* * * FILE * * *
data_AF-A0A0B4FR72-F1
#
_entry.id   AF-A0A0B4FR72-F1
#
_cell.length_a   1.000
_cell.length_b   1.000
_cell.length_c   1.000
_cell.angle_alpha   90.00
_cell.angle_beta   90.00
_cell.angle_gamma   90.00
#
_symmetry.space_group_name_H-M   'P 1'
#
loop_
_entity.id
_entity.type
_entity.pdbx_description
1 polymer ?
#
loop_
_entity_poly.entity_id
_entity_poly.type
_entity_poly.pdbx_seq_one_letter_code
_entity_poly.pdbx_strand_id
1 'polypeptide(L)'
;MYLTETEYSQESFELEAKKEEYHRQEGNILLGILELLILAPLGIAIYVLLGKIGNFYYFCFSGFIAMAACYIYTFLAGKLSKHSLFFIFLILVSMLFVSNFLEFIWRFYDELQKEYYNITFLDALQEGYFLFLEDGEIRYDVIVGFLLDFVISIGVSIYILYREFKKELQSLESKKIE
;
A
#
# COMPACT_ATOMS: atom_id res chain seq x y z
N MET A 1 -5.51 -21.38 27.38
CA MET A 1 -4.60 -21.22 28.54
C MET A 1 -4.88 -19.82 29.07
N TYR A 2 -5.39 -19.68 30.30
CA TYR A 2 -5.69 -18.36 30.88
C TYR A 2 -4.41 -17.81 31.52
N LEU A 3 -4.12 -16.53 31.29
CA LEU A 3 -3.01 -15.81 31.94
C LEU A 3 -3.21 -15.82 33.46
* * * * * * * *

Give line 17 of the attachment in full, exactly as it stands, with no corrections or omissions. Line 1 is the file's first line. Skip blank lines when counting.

_entity.pdbx_description